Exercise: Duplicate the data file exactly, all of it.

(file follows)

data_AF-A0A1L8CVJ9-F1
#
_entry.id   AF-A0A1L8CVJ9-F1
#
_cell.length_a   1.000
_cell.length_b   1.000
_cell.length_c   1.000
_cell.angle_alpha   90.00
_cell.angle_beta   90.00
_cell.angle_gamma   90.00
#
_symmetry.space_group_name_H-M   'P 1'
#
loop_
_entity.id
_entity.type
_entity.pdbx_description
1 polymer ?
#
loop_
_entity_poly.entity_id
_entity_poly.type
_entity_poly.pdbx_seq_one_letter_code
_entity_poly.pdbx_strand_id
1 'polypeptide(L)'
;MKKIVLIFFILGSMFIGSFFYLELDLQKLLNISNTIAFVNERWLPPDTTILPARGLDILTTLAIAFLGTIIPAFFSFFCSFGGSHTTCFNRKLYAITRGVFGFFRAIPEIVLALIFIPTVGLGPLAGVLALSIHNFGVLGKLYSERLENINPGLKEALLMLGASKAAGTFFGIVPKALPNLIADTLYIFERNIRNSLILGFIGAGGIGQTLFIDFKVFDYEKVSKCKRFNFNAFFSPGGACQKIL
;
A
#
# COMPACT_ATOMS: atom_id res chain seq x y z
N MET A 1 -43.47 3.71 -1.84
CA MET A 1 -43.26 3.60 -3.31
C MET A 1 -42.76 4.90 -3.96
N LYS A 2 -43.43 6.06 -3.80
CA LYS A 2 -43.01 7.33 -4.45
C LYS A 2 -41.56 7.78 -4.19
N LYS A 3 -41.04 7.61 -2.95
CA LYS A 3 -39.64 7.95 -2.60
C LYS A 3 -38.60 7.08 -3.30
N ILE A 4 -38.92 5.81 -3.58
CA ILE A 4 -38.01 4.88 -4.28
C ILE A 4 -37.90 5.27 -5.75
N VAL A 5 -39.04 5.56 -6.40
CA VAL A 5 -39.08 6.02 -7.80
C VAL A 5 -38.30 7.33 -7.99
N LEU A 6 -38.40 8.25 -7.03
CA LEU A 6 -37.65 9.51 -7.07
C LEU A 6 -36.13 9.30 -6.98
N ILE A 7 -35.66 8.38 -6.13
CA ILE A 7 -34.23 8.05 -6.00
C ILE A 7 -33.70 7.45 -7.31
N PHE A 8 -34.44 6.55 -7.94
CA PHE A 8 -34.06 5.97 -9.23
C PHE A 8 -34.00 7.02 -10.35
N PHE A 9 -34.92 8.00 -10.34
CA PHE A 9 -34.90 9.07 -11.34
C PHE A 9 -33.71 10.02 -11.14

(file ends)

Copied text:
data_AF-A0A1L8CVJ9-F1
#
_entry.id   AF-A0A1L8CVJ9-F1
#
_cell.length_a   1.000
_cell.length_b   1.000
_cell.length_c   1.000
_cell.angle_alpha   90.00
_cell.angle_beta   90.00
_cell.angle_gamma   90.00
#
_symmetry.space_group_name_H-M   'P 1'
#
loop_
_entity.id
_entity.type
_entity.pdbx_description
1 polymer ?
#
loop_
_entity_poly.entity_id
_entity_poly.type
_entity_poly.pdbx_seq_one_letter_code
_entity_poly.pdbx_strand_id
1 'polypeptide(L)'
;MKKIVLIFFILGSMFIGSFFYLELDLQKLLNISNTIAFVNERWLPPDTTILPARGLDILTTLAIAFLGTIIPAFFSFFCSFGGSHTTCFNRKLYAITRGVFGFFRAIPEIVLALIFIPTVGLGPLAGVLALSIHNFGVLGKLYSERLENINPGLKEALLMLGASKAAGTFFGIVPKALPNLIADTLYIFERNIRNSLILGFIGAGGIGQTLFIDFKVFDYEKVSKCKRFNFNAFFSPGGACQKIL
;
A
#
# COMPACT_ATOMS: atom_id res chain seq x y z
N MET A 1 -43.47 3.71 -1.84
CA MET A 1 -43.26 3.60 -3.31
C MET A 1 -42.76 4.90 -3.96
N LYS A 2 -43.43 6.06 -3.80
CA LYS A 2 -43.01 7.33 -4.45
C LYS A 2 -41.56 7.78 -4.19
N LYS A 3 -41.04 7.61 -2.95
CA LYS A 3 -39.64 7.95 -2.60
C LYS A 3 -38.60 7.08 -3.30
N ILE A 4 -38.92 5.81 -3.58
CA ILE A 4 -38.01 4.88 -4.28
C ILE A 4 -37.90 5.27 -5.75
N VAL A 5 -39.04 5.56 -6.40
CA VAL A 5 -39.08 6.02 -7.80
C VAL A 5 -38.30 7.33 -7.99
N LEU A 6 -38.40 8.25 -7.03
CA LEU A 6 -37.65 9.51 -7.07
C LEU A 6 -36.13 9.30 -6.98
N ILE A 7 -35.66 8.38 -6.13
CA ILE A 7 -34.23 8.05 -6.00
C ILE A 7 -33.70 7.45 -7.31
N PHE A 8 -34.44 6.55 -7.94
CA PHE A 8 -34.06 5.97 -9.23
C PHE A 8 -34.00 7.02 -10.35
N PHE A 9 -34.92 8.00 -10.34
CA PHE A 9 -34.90 9.07 -11.34
C PHE A 9 -33.71 10.02 -11.14